Residential Irrigation System Rainfall Shutoff Devices

The amount of water that can be saved using rain shut-off devices varies, but in a year with average rainfall, savings are usually substantial.

Michael D. Dukes and Dorota Z. Haman

Agricultural and Biological Engineering Department

University of Florida, Institute of Food and Agricultural Sciences (UF/IFAS)

Rain sensors — also called rain shut-off (or moisture-sensing) devices — are designed to interrupt the cycle of an automatic irrigation system controller when a specific amount of rainfall has occurred.  They are small devices wired to the irrigation system controller and mounted in an open area where they are exposed to rainfall.

When a specific amount of rainfall has occurred, the rain sensor will interrupt the system’s common wire, which disables the solenoid valves until the sensor dries.

Advantages of a rain sensor . . .

  • Conserves water – prevents irrigation after recent rain events.
  • ·            Saves money – reduces utility bills by interrupting the irrigation system after adequate rainfall.
  • ·            Reduces wear on the irrigation system because the system runs only when necessary.
  • ·            Reduces disease damage by eliminating unnecessary irrigation events.
  • ·            Helps protect surface and groundwater by reducing the runoff and deep percolation that carries pollutants, such as fertilizers, into storm drains and groundwater.

Installation . . .

A rain sensor should be mounted where it will be exposed to unobstructed rainfall, but not in the path of sprinkler spray.  It is typically installed near the roofline on the side of a building.  However, it should not be mounted such that it comes into contact with water running directly off the roof.  If vandalism is not a threat, it can be mounted lower on a fence post or deck railing.  It is important that trees, overhangs, and awnings are not blocking direct rainfall onto the device.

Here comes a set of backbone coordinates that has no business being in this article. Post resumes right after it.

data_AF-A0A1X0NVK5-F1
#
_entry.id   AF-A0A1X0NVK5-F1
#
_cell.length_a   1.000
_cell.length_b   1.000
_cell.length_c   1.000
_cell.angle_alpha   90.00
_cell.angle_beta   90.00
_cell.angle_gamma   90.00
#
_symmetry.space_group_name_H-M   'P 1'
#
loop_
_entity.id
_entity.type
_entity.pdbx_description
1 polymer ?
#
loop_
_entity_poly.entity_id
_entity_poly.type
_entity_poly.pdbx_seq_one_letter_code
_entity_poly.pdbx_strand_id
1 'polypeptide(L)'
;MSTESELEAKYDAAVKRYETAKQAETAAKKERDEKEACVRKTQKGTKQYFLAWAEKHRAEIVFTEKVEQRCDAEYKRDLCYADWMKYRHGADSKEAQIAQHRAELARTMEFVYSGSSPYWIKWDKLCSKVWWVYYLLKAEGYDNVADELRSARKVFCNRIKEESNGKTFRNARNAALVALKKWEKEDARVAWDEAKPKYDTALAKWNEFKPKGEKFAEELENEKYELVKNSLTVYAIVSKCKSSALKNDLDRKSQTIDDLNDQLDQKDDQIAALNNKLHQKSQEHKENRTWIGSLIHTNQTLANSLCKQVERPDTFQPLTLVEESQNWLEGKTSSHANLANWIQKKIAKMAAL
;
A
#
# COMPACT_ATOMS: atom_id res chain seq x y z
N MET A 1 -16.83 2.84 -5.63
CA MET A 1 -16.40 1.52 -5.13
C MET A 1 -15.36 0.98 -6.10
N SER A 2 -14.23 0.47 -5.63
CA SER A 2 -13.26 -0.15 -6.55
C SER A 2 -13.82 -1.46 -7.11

The closer the sensor is to the controller, the shorter the wire and less chance for wire breaks.  Mounting the sensor in a very sunny, southern end of a building may cause the water to dry out sooner than desired.  Conversely, mounting on the northern end of a building with constant shade may keep it from drying soon enough.  A professional irrigation contractor should know how to correctly install a rain sensor. 

Potential Savings with a Rain Sensor . . .

The amount of water that can be saved using rain shut-off devices varies, but in a year with average rainfall, savings are usually substantial.  There are several factors involved in determining how much a sensor can reduce water usage . . .  

  • how often it rains
  • whether or not the controller is left on for automatic operation
  • the amount of water applied by the system per cycle.

If the water costs and the amount of water applied per watering cycle by the whole system are known, it is easy to calculate how much money is being saved each time the sensor interrupts the watering cycle because of rainfall.

Rain sensors should always be included in any new sprinkler system installation to ensure water is conserved.

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